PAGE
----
After having a few children my mind wandered towards homeschooling (something I was very against growing up).  I began researching and reading as much as I can on the subject.  If I wasn’t going to homeschool my own children, I could use this research for my own career as a special education teacher when it came time for me to head back to work.  These books opened up my mind to a new way of thinking.

Sparing you all the tiny details, I started thinking more and more about the “old days”, back when public education wasn’t always available.  I thought about the Amish, all those homes I pass on my way to Grandpa and Grandma’s house.  I thought about how things were often so simple and yet so difficult.  Then I wondered, “Was that truly a better time?”  I tend to lean towards “Yes!” when answering this question.

Simple is Best, but Simple can be Difficult too

I think simpler times were often more difficult in terms of hard work.  Working hard at your schooling, your career, yourself, your family… all of it, is a great thing.  It gives you a sense of accomplishment but more importantly you realize your capabilities, your worth!  Now, using cloth diapers doesn’t give me a since of worth, I’m not that delirious, but I do like knowing I’m putting forth a great effort not to put all those paper diapers in a landfill, and saving us hard cash while I’m not currently working.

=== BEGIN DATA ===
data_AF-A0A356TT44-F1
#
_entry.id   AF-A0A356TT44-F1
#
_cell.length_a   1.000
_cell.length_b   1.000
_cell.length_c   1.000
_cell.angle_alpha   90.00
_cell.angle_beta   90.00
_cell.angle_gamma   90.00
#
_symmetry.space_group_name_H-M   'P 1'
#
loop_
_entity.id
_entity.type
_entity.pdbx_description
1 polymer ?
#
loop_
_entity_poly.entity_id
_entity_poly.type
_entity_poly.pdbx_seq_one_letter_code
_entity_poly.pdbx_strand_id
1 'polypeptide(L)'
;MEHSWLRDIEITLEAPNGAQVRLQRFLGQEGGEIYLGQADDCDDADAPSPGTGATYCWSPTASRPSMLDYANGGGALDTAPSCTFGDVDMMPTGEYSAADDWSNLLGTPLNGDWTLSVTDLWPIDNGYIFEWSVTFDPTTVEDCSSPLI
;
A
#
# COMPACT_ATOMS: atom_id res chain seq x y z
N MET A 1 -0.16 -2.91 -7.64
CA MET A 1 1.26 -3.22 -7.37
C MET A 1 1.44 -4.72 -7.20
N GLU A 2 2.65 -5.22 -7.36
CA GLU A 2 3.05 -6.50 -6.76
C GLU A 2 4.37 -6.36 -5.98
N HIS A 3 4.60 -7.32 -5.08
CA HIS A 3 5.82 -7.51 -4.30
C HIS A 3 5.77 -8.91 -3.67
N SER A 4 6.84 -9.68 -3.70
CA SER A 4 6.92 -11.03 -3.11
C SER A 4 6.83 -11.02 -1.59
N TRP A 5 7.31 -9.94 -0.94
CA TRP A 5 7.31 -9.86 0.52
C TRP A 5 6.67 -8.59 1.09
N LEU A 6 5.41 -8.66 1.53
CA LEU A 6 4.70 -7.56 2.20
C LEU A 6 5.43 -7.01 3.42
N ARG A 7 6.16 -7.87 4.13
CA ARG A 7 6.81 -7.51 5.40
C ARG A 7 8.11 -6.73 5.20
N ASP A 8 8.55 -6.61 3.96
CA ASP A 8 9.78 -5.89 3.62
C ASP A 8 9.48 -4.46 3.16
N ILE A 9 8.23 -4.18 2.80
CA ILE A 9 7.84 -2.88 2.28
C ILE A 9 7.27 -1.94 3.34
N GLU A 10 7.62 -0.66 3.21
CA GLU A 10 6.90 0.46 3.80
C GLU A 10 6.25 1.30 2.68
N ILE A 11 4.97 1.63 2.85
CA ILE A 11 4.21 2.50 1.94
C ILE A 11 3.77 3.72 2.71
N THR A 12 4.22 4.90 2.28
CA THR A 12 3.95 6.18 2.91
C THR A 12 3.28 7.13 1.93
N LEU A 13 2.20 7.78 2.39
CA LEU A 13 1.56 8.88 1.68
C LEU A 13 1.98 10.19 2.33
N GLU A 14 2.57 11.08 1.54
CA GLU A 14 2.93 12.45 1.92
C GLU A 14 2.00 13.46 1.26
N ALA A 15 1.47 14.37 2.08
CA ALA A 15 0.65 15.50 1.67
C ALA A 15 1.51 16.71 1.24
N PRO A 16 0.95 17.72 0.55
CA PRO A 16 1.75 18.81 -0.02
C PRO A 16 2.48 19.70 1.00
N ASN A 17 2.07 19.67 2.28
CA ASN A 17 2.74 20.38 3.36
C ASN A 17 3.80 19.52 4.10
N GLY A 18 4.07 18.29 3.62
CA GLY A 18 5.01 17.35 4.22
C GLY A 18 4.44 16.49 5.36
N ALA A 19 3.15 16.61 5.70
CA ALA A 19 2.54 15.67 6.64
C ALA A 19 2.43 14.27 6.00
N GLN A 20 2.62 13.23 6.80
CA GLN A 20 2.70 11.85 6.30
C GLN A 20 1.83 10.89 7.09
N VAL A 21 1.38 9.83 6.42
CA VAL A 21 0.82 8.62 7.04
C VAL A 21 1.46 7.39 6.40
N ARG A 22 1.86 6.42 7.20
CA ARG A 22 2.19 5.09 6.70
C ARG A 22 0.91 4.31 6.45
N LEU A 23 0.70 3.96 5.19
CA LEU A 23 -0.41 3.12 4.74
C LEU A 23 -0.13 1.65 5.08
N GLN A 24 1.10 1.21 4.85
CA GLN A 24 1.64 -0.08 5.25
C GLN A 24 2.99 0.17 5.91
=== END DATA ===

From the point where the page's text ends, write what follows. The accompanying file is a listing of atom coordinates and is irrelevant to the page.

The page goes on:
What I’ve learned from knowing what I’m capable of doing is everything takes time and practice.  Sometimes the task of making something from scratch seems daunting, but the more I’ve baked or cooked the recipe over and over, the quicker I get.  We woke up late on a school day this past Monday, and I still made homemade pancakes from scratch.  The same goes with cleaning, with homeschooling or teaching little ones, the chore seems too big and what if it is too hard and I don’t succeed in the right amount of time?  Nothing bad happens, so keep at it.

There are Limits, Though

Because I know my capabilities, I’m also more in tuned to my limits.  There is no way I could do everything the pioneer women had to do throughout the day for the mere fact we live in the present.  The modern conveniences mean I don’t have to struggle as much as those women had.  They certainly weren’t trying to grow a business/blog over the internet, but what else weren’t they bothered with doing?  What else do I try to do that really doesn’t hold a lot of meaning or value?

Honestly, I haven’t considered it all just yet.  I’m working on it slowly, but I doubt they worried so much about the colors on their wall.  I bet they didn’t order the perfect outfits for family pictures every year twice a year.  I assume they tended to their needs with very little thought about what they wanted.  I know I have a lot of growing to do.

Why do you make things more difficult?  Share with me!  Better yet, share with your friends and start your own discussion.

Want to understand all I learned through my research of homeschooling?

The Desire to Homeschool 1.0

The Desire to Homeschool 2.0


Posted by:stmarthaslens